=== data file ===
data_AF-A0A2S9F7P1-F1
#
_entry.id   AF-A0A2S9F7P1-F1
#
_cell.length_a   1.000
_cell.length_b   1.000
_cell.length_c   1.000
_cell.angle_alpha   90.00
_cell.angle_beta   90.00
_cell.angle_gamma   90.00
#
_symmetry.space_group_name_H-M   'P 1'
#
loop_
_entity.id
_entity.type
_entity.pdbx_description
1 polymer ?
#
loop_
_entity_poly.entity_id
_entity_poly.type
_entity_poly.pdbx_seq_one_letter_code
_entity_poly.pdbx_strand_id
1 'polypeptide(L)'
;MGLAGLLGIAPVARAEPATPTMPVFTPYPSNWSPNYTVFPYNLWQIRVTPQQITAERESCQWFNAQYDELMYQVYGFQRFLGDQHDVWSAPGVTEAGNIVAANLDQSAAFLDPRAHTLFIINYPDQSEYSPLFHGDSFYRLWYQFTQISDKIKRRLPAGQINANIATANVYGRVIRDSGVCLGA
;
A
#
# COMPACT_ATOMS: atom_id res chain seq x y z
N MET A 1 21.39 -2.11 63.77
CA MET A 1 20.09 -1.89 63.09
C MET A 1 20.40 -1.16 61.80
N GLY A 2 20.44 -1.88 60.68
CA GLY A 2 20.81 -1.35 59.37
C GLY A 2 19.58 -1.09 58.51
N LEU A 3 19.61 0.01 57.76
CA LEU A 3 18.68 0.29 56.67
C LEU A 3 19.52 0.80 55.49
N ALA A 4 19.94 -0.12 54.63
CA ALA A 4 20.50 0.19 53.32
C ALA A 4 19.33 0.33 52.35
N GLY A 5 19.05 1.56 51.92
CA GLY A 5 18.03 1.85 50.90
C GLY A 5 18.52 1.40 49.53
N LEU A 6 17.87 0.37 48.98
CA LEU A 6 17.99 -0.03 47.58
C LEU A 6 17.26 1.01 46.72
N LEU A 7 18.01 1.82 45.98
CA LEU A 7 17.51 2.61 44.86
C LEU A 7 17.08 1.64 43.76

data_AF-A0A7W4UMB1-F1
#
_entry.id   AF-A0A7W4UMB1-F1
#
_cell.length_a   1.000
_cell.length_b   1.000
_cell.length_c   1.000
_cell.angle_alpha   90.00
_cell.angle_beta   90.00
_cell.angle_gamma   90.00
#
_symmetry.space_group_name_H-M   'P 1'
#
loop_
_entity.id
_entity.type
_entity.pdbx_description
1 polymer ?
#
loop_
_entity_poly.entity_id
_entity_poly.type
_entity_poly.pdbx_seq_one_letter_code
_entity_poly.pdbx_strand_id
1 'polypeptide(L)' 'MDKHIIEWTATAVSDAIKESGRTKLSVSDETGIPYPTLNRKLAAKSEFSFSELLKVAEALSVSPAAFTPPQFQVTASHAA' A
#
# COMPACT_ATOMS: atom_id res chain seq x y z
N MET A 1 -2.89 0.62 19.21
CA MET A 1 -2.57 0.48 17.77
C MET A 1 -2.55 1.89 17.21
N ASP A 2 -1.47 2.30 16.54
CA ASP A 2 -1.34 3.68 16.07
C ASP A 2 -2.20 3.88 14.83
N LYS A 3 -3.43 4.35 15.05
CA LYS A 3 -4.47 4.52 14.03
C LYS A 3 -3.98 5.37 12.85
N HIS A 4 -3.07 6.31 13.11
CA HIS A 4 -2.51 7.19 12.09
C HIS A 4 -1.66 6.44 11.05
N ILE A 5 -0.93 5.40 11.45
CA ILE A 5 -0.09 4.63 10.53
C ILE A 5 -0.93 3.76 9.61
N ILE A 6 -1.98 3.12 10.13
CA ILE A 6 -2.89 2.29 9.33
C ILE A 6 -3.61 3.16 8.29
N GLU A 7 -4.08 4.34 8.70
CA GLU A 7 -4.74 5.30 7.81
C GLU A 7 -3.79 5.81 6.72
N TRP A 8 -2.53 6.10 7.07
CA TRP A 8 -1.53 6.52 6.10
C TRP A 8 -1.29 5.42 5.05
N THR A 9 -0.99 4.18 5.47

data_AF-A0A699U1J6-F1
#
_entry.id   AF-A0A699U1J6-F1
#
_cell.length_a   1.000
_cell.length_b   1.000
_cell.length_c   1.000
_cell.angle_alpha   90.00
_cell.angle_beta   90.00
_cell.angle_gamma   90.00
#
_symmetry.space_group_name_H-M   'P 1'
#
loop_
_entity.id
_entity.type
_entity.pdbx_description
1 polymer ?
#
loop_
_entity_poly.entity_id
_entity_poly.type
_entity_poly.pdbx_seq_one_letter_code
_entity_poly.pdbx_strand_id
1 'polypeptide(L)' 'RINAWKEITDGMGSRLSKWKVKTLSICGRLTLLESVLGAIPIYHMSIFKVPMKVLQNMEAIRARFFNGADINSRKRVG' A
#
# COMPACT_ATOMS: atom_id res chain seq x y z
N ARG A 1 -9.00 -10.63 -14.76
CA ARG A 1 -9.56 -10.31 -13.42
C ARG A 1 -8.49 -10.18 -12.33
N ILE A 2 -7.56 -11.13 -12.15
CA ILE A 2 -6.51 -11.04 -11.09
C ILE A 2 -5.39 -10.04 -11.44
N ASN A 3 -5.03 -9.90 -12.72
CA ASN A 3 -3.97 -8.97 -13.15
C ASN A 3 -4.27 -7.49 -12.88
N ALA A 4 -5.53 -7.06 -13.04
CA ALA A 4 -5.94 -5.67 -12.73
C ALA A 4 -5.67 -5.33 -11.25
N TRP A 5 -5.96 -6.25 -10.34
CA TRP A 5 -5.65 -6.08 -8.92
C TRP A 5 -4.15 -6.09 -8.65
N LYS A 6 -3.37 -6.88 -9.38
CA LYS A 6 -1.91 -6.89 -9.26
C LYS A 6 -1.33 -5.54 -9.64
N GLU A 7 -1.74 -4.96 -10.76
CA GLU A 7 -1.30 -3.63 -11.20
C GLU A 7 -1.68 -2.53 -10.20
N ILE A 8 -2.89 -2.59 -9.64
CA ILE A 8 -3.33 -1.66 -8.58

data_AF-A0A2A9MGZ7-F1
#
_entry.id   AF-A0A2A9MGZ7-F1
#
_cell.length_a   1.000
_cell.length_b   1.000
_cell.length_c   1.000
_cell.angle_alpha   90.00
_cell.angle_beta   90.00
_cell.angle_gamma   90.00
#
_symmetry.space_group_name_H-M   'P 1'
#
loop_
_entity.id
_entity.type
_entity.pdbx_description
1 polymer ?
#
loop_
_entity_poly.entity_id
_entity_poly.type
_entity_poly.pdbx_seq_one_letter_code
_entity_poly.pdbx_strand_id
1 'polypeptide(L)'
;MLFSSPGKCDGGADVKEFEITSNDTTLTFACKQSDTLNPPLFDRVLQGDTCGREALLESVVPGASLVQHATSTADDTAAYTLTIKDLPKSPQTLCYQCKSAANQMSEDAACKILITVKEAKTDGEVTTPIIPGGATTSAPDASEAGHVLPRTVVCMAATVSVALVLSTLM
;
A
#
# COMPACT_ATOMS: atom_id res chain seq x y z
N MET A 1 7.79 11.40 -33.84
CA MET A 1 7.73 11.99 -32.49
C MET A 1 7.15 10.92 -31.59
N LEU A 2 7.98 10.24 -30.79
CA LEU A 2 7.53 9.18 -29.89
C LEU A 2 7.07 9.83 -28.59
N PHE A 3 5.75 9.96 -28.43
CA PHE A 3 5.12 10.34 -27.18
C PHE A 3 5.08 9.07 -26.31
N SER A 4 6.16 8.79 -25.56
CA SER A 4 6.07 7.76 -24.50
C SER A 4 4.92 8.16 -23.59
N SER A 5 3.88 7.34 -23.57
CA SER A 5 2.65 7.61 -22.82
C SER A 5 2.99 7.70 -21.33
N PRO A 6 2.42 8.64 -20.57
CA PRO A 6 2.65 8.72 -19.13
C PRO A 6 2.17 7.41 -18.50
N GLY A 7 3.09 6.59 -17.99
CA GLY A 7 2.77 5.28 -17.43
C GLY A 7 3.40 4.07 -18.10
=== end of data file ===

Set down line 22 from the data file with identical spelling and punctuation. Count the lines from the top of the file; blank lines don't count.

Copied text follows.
_entity_poly.type